Wednesday, September 9, 2015

What does "salvage" grocery shopping trip look like?


For many of you who have read my blog, you know that I'm not your average frugal shopper. I see Pinterest images of shopping trips to major stores, to discount stores, Dollar Tree and bulk grocery stores. So today, I'm going to change your perception of "salvage" grocery dealers or at least I hope to expand your horizons for another frugal adventure.

Well, first, let's define what "salvage" groceries are and are not. They ARE leftovers from grocery warehouses because demand for these products may not have been what was expected. They ARE stock from a truckload where the truck may have been in an accident and the store refused the products. However, the truckload itself may have not undergone any damage due to packaging! They ARE sometimes out of date items. They ARE sometimes spilled products on perfectly good products - but has residue of the spilled product on the packaging. (This happens in organic drinks that are packaged in glass bottles where one bottle in the case is broken, but the rest just need to be cleaned.)

So here is a picture of my salvage groceries:

In the picture above, you see a sampling of "pantry" goods that I am able to get from my local dealer. He sold me a box of toilet paper (96 rolls) for $24! We bought the case and it has lasted our family of four about six months now!! I was also able to buy boxes of Family sized tea bags for $1.50 each box. In the stores, the Decaf is at least that much on a good buy one get one sale. Below the tea box are a sample of the Dixie white corn meal I bought. I purchased 11 bags for just $6! The potato chips (Kettle brands) run about $1 a bag and they usually get in a variety of flavors. The condiments are $1.50 each and in this trip, I was able to snag some Panda Express Orange Chicken sauce, an organic apple butter, and a bottle of Stubb's BBQ sauce which contains no high fructose corn syrup. Oh, and don't forget the lemon cookies. I pay $1.50 a box for what ever variety I can find. This is just a sampling though of some of the products I am able to afford for my family at a fraction of the real cost of groceries. Below is a refrigerated sample.

In this picture, you see my half gallon of whole organic milk which I buy for $2 each. I usually buy the case, so yes, I have 5 more in the fridge at this moment! At my local grocery stores, these are at least $4 each, if not $5. In the past, I have also found half n half, whipping cream and even goat milk. These products are all organic, making them a really great deal when I can find them. In the picture you can also see organic brown eggs. The store sells them by the dozen (these just happen to break apart) and on last visit I bought a case to split with relatives. We pay $2.00 a dozen. Again, these are organic and the price is always rising at whole foods. There is also a can of dried/powdered buttermilk, which I like to use in mixes and doughs. It was $1.50 along with the cream cheese!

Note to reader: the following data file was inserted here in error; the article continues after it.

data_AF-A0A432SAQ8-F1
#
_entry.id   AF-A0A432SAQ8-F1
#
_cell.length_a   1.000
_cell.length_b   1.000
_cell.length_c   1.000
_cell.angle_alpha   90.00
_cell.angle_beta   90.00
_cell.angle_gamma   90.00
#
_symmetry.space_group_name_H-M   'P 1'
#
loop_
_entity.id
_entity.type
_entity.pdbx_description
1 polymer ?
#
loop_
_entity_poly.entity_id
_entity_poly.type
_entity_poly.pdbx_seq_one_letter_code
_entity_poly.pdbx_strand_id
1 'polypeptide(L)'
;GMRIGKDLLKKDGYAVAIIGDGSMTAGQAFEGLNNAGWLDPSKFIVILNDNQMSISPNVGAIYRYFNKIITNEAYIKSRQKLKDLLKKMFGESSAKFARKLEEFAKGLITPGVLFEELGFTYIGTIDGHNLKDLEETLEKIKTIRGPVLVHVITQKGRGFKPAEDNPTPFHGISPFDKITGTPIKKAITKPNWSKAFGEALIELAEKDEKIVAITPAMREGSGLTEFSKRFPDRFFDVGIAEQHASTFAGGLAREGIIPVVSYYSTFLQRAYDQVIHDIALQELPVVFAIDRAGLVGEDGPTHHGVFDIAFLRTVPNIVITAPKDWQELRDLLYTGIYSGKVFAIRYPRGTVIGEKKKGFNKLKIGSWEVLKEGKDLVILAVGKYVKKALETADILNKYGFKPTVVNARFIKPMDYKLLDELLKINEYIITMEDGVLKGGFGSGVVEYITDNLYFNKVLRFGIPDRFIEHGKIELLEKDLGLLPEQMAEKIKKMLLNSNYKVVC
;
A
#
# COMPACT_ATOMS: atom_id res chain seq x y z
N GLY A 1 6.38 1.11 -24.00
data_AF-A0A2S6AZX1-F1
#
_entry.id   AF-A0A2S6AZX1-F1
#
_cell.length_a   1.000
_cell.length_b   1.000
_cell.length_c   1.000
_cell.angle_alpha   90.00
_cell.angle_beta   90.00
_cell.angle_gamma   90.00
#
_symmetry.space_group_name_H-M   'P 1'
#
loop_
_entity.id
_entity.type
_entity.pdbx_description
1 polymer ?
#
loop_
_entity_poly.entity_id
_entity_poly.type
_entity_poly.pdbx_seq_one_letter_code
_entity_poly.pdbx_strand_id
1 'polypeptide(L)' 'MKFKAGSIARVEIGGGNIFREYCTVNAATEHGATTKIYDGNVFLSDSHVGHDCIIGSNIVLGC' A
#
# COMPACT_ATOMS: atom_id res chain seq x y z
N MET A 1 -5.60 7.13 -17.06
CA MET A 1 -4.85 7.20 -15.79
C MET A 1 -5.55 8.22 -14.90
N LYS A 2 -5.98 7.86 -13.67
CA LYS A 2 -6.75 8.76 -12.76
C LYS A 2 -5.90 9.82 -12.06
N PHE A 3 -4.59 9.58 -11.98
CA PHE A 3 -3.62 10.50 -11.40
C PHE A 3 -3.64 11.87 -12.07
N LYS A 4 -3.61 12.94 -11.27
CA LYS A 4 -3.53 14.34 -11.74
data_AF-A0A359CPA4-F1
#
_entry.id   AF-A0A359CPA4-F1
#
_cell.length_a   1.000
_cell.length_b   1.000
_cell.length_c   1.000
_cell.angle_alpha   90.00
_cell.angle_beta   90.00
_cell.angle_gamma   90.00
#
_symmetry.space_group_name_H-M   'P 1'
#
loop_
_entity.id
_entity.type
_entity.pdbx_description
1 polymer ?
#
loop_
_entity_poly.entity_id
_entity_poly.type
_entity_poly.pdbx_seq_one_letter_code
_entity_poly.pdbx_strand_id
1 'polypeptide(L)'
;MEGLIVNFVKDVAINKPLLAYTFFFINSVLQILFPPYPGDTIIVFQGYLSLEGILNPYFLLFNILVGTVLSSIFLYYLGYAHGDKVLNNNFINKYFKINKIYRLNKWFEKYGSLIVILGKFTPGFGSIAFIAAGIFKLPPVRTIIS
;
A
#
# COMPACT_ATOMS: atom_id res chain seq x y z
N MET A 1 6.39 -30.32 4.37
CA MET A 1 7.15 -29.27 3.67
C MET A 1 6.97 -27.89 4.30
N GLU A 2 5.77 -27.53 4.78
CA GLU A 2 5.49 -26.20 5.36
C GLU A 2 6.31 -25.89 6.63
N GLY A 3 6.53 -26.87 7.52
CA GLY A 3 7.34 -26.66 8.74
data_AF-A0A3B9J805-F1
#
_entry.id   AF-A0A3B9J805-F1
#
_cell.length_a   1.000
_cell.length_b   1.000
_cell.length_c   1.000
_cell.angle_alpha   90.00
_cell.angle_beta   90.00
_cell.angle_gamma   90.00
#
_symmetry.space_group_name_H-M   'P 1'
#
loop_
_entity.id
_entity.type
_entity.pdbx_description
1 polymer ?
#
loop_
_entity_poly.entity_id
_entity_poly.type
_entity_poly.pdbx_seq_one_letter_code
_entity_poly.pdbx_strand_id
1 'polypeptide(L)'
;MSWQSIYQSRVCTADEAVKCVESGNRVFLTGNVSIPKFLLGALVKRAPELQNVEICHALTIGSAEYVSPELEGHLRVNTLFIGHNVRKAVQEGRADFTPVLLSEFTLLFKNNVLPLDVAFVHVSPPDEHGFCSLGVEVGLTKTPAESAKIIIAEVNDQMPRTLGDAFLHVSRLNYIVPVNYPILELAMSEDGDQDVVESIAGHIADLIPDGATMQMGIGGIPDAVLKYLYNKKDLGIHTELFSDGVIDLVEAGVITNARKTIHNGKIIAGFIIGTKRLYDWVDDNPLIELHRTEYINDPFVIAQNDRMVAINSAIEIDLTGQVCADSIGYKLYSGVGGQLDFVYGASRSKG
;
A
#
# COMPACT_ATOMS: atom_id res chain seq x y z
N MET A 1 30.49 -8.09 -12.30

So what do you think? Not as bad as you thought huh? I have friends that pay for all this organic stuff and when I tell them where I go, it's like "What? You go WHERE?" as if they couldn't "lower" themselves to go into a salvage dealer. But you really need to try it sometime! Mine is a cleaner facility and I have shopped there for four years. They know me and my entire family. We pack their empty boxes with the groceries we need and they even bring them to the vehicle! (I have supermarkets saying they will save you money but they won't walk you to the car!!) OK, I know it's not all sunshine and rainbows, so I will tell you a few other things.

I live in Florida - closer to the tropics then I would like! We have two seasons, hot and VERY hot. This is not good for food storage. So I am very careful during the summer as to what I buy and when I buy it. Because Jesus, Germs, and BUGS are everywhere in Florida!!! LOL. I refuse to buy cereals, pasta and grains unless they are off the truck when I get there. Because if it's been sitting in the hot warehouse, it's prone to bugs. And when I do buy certain products, I wrap them up in ziplocs as soon as I get home. I also toss ALL boxes that store the cases. I have found this works for me and (knock on wood) I haven't had a bug for several years.

Going to a salvage dealer also means that their stock varies. I have arrived in hopes of getting milk or eggs and the shipment won't be in for another week. Sometimes they have chips and sometimes they don't. I try to go at least once a month with a budget to see what I can find for a deal. If they have milk, I stock up. If they have toilet paper and I need it, I buy it. I can't wait because they may not have it tomorrow. And then sometimes, I have to come back to see if they have it next week. (Or I call them.)

I hope this gives you a good idea of another way to save your family money. Go on an adventure, find a salvage store near you and visit. Go online and find reviews of the place if you can. If the store is messy, has REALLY out of date food, smells wrong or has signs of pests, then run the other way fast!! But keep looking...because you never know unless you get out there....and it might just be that needle in a haystack that helps you save more money on your grocery bill!! Thanks for reading and come back....Sew Hungry For More! AH